Amnesty International has accused Hungary of breaking multiple international and European human rights laws in its handling of the refugee crisis. As Henry Ridgwell reports, thousands of migrants and refugees continue to travel through the Balkans to Hungary every day.

Video Iraqi-Kurdish Teachers Vow to Continue Protest

Sixteen people were injured when police used tear gas and rubber bullets to disperse teachers and other public employees who took to the streets in Iraq’s Kurdish north, demanding their salaries from the Kurdish Regional Government (KRG). VOA’s Dilshad Anwar, in Sulaimaniya, caught up with protesting teachers who say they have not been paid for three months. Parke Brewer narrates his report.

Video Syrian Village Community Faces Double Displacement in Lebanon

Driven by war from their village in southwestern Syria, a group of families found shelter in Lebanon, resettling en masse in a half-built university to form one of the biggest settlements of its kind in Lebanon. Three years later, however, they now face being kicked out and dispersed in a country where finding shelter as a refugee can be especially tough. John Owens has more for VOA from the city of Saida, also known as Sidon.

Video Bat Colony: Unusual Tourist Attraction in Texas

The action hero Batman might be everyone’s favorite but real bats hardly get that kind of adoration. Put more than a million of these creatures of the night together and it only evokes images of horror. Sarah Zaman visited the largest urban bat colony in North America to see just how well bat and human get along with each other.

Video Device Shows Promise of Stopping Motion Sickness

It’s a sickening feeling — the dizziness, nausea and vomiting that comes with motion sickness. But a device now being developed could stop motion sickness by suppressing certain signals in the brain. VOA’s Deborah Block reports.

Video Making a Mint

While apples, corn, and cranberries top the list of fall produce in the US, it’s also the time to harvest gum, candy, and toothpaste—or at least the oil that makes them minty fresh. Erika Celeste reports from South Bend, Indiana on the mint harvest.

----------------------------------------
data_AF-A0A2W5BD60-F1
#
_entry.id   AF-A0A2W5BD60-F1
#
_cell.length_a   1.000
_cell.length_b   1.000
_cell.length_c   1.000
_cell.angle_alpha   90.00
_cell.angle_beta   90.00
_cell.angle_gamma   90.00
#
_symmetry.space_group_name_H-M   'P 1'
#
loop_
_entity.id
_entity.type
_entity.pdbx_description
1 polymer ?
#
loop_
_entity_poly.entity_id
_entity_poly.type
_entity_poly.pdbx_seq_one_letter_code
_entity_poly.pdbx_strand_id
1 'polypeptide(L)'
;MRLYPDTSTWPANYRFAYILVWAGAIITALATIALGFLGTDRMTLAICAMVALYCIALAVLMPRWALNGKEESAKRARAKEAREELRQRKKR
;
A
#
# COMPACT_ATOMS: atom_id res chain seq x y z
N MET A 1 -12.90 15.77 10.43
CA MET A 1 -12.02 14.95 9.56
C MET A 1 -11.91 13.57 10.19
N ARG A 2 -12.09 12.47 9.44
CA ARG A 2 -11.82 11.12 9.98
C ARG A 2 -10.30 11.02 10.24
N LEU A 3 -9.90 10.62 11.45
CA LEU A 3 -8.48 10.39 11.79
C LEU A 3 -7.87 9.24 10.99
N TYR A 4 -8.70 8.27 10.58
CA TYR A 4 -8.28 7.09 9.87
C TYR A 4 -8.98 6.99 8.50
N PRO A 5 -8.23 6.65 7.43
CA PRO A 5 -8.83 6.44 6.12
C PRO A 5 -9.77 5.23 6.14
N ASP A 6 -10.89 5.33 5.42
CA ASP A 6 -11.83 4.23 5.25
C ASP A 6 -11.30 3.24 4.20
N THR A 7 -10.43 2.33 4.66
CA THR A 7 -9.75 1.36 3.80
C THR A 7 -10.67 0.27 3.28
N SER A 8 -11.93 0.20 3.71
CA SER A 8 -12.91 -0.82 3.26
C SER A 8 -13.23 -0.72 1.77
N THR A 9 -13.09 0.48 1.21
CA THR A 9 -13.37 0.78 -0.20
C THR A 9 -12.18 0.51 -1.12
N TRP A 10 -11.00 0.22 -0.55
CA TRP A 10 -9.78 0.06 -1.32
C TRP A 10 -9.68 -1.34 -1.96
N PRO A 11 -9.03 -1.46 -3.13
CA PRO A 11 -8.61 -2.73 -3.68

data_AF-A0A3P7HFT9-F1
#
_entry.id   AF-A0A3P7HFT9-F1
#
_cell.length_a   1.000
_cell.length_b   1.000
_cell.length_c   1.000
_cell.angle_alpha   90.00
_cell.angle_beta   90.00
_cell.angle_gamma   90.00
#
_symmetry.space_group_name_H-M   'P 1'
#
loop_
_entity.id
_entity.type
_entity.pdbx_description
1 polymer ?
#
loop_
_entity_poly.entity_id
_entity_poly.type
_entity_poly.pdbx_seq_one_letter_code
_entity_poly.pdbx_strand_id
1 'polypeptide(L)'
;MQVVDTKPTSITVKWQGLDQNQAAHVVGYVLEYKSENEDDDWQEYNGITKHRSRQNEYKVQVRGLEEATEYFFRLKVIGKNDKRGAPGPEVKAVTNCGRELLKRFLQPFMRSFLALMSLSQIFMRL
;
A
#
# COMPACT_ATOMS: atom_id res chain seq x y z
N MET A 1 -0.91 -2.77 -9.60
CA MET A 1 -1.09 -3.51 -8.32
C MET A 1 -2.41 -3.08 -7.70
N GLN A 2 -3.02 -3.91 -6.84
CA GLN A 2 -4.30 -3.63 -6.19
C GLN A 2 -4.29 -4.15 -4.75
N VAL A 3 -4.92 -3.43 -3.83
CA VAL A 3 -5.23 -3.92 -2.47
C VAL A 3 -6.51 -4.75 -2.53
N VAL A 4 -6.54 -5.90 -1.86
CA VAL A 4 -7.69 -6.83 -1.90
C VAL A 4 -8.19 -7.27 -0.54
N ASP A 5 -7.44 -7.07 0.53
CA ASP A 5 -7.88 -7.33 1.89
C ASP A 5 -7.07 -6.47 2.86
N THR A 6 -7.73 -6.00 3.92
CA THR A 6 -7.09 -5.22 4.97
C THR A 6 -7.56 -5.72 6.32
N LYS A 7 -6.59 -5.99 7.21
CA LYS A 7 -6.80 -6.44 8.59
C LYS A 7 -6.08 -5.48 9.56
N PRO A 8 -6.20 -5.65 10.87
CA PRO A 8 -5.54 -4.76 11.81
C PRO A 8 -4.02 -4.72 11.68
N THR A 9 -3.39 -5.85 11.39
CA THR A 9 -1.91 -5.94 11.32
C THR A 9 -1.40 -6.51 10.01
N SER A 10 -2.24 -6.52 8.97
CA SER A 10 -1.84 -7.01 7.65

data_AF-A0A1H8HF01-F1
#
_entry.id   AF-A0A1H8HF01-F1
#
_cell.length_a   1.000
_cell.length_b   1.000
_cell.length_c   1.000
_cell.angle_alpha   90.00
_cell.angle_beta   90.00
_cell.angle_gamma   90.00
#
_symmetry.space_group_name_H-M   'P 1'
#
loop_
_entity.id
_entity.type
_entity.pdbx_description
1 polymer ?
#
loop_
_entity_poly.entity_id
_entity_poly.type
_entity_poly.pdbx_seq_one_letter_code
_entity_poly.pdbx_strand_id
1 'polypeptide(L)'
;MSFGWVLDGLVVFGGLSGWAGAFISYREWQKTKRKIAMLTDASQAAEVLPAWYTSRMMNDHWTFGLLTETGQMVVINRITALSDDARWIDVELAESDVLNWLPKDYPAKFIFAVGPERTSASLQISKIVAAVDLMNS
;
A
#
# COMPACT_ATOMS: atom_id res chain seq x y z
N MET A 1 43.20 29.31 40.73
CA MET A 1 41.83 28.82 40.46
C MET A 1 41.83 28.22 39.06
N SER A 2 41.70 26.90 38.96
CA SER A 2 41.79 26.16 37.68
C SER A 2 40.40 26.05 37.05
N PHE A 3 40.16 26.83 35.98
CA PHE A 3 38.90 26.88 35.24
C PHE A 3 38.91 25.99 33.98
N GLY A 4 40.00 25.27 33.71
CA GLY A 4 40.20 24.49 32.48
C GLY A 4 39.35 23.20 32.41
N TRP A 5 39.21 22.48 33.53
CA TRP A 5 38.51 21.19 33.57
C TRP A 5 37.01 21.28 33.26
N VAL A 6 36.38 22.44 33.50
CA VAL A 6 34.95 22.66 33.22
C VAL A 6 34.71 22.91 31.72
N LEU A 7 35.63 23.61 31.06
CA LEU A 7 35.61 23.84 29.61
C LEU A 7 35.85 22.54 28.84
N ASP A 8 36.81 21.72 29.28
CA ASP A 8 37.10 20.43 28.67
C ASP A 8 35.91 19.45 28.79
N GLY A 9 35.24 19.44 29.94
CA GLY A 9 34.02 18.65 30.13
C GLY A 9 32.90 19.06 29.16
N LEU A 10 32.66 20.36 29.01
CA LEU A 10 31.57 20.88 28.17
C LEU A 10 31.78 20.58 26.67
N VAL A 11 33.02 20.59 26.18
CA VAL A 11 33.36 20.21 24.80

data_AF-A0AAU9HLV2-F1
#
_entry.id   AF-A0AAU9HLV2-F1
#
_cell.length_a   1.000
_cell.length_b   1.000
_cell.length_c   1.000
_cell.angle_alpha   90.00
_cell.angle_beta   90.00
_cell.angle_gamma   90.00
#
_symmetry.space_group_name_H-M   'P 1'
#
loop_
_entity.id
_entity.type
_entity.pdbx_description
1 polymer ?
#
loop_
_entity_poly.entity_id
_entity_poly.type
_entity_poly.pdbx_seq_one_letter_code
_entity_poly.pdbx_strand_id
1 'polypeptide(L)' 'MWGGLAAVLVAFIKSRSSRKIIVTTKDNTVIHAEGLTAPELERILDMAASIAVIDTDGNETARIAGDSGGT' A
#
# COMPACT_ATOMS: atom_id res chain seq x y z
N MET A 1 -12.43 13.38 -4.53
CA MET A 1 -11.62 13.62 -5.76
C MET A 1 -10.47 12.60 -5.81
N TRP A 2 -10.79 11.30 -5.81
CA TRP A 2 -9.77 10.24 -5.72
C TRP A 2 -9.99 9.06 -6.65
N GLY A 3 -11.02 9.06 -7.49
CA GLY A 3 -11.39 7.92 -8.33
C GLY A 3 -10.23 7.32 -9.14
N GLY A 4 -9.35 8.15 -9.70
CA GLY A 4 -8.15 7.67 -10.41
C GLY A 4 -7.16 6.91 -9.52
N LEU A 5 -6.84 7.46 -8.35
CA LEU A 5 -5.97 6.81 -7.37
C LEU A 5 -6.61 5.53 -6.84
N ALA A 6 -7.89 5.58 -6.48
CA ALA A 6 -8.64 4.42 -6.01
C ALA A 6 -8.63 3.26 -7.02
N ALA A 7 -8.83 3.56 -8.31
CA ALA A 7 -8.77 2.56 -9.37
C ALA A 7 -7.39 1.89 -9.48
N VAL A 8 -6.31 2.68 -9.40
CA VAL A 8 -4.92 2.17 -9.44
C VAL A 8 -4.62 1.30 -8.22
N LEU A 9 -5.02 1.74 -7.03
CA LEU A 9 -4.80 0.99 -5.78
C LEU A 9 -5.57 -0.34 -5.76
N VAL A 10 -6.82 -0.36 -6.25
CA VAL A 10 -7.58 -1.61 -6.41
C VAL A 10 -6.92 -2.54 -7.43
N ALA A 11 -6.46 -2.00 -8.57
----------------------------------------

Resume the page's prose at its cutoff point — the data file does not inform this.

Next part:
Video Activists Decry Lagos Slum Demolition

Acting on a court order, authorities in Nigeria demolished a slum last month in the commercial capital, Lagos. But human rights activists say the order was illegal, and the community was razed to make way for a government housing project. Chris Stein has more from Lagos.

Video TPP Agreed, But Faces Stiff Opposition

President Barack Obama promoted the Trans-Pacific Partnership on Tuesday, one day after 12 Pacific Rim nations reached the free trade deal in Atlanta. The controversial pact that would involve about 40 percent of global trade still needs approval by lawmakers in respective countries. Zlatica Hoke reports Obama is facing strong opposition to the deal, including from members of his own party.

Video Ukranian Artist Portrays Putin in an Unusual Way

As Russian President Vladimir Putin was addressing the United Nations in New York last month, he was also being featured in an art exhibition in Washington. It’s not a flattering exhibit. It’s done by a Ukrainian artist in a unique medium. And its creator says it’s not only a work of art - it’s a political statement. VOA’s Tetiana Kharchenko has more.

VOA Blogs